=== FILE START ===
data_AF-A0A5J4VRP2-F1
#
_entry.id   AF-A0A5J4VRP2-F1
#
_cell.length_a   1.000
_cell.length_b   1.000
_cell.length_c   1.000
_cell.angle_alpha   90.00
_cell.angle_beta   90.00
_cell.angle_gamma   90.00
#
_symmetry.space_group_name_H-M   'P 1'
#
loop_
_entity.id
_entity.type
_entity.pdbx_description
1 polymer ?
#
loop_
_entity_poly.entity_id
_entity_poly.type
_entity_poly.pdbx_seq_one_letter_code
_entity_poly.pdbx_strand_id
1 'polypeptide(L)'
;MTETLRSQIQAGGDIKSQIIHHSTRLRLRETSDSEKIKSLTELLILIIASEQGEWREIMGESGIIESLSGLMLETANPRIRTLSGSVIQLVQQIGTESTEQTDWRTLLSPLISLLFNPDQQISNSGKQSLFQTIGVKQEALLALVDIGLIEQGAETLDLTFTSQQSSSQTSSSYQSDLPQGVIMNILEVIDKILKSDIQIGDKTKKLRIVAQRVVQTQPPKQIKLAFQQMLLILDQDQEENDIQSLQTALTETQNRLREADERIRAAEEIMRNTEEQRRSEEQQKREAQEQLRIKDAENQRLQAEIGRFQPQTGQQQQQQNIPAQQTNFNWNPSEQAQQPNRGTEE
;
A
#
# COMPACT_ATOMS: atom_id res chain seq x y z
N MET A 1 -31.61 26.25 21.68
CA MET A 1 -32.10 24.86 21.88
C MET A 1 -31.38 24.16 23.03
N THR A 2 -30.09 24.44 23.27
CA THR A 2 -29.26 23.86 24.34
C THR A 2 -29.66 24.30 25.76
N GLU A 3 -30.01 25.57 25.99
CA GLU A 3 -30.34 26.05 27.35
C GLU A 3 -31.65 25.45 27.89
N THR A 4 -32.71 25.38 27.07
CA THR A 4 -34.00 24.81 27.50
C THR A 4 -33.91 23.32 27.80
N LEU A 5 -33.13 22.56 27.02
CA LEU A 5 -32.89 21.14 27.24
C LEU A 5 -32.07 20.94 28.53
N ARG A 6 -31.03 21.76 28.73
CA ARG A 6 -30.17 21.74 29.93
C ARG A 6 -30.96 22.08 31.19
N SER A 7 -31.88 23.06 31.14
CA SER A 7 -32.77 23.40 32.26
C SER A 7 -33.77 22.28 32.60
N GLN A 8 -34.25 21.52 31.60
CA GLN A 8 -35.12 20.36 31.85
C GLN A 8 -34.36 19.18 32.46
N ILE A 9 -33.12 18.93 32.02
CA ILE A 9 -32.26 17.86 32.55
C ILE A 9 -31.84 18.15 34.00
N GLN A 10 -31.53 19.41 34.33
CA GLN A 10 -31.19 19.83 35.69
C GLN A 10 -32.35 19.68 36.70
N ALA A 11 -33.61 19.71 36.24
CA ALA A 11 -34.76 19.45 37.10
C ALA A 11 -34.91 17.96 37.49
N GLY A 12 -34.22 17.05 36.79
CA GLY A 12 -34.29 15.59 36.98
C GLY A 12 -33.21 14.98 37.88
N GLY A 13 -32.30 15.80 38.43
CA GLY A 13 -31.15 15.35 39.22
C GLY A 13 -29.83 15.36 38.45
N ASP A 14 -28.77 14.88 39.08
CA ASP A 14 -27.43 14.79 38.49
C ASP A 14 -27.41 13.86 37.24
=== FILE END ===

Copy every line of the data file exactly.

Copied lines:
data_AF-A0A5J4VRP2-F1
#
_entry.id   AF-A0A5J4VRP2-F1
#
_cell.length_a   1.000
_cell.length_b   1.000
_cell.length_c   1.000
_cell.angle_alpha   90.00
_cell.angle_beta   90.00
_cell.angle_gamma   90.00
#
_symmetry.space_group_name_H-M   'P 1'
#
loop_
_entity.id
_entity.type
_entity.pdbx_description
1 polymer ?
#
loop_
_entity_poly.entity_id
_entity_poly.type
_entity_poly.pdbx_seq_one_letter_code
_entity_poly.pdbx_strand_id
1 'polypeptide(L)'
;MTETLRSQIQAGGDIKSQIIHHSTRLRLRETSDSEKIKSLTELLILIIASEQGEWREIMGESGIIESLSGLMLETANPRIRTLSGSVIQLVQQIGTESTEQTDWRTLLSPLISLLFNPDQQISNSGKQSLFQTIGVKQEALLALVDIGLIEQGAETLDLTFTSQQSSSQTSSSYQSDLPQGVIMNILEVIDKILKSDIQIGDKTKKLRIVAQRVVQTQPPKQIKLAFQQMLLILDQDQEENDIQSLQTALTETQNRLREADERIRAAEEIMRNTEEQRRSEEQQKREAQEQLRIKDAENQRLQAEIGRFQPQTGQQQQQQNIPAQQTNFNWNPSEQAQQPNRGTEE
;
A
#
# COMPACT_ATOMS: atom_id res chain seq x y z
N MET A 1 -31.61 26.25 21.68
CA MET A 1 -32.10 24.86 21.88
C MET A 1 -31.38 24.16 23.03
N THR A 2 -30.09 24.44 23.27
CA THR A 2 -29.26 23.86 24.34
C THR A 2 -29.66 24.30 25.76
N GLU A 3 -30.01 25.57 25.99
CA GLU A 3 -30.34 26.05 27.35
C GLU A 3 -31.65 25.45 27.89
N THR A 4 -32.71 25.38 27.07
CA THR A 4 -34.00 24.81 27.50
C THR A 4 -33.91 23.32 27.80
N LEU A 5 -33.13 22.56 27.02
CA LEU A 5 -32.89 21.14 27.24
C LEU A 5 -32.07 20.94 28.53
N ARG A 6 -31.03 21.76 28.73
CA ARG A 6 -30.17 21.74 29.93
C ARG A 6 -30.96 22.08 31.19
N SER A 7 -31.88 23.06 31.14
CA SER A 7 -32.77 23.40 32.26
C SER A 7 -33.77 22.28 32.60
N GLN A 8 -34.25 21.52 31.60
CA GLN A 8 -35.12 20.36 31.85
C GLN A 8 -34.36 19.18 32.46
N ILE A 9 -33.12 18.93 32.02
CA ILE A 9 -32.26 17.86 32.55
C ILE A 9 -31.84 18.15 34.00
N GLN A 10 -31.53 19.41 34.33
CA GLN A 10 -31.19 19.83 35.69
C GLN A 10 -32.35 19.68 36.70
N ALA A 11 -33.61 19.71 36.24
CA ALA A 11 -34.76 19.45 37.10
C ALA A 11 -34.91 17.96 37.49
N GLY A 12 -34.22 17.05 36.79
CA GLY A 12 -34.29 15.59 36.98
C GLY A 12 -33.21 14.98 37.88
N GLY A 13 -32.30 15.80 38.43
CA GLY A 13 -31.15 15.35 39.22
C GLY A 13 -29.83 15.36 38.45
N ASP A 14 -28.77 14.88 39.08
CA ASP A 14 -27.43 14.79 38.49
C ASP A 14 -27.41 13.86 37.24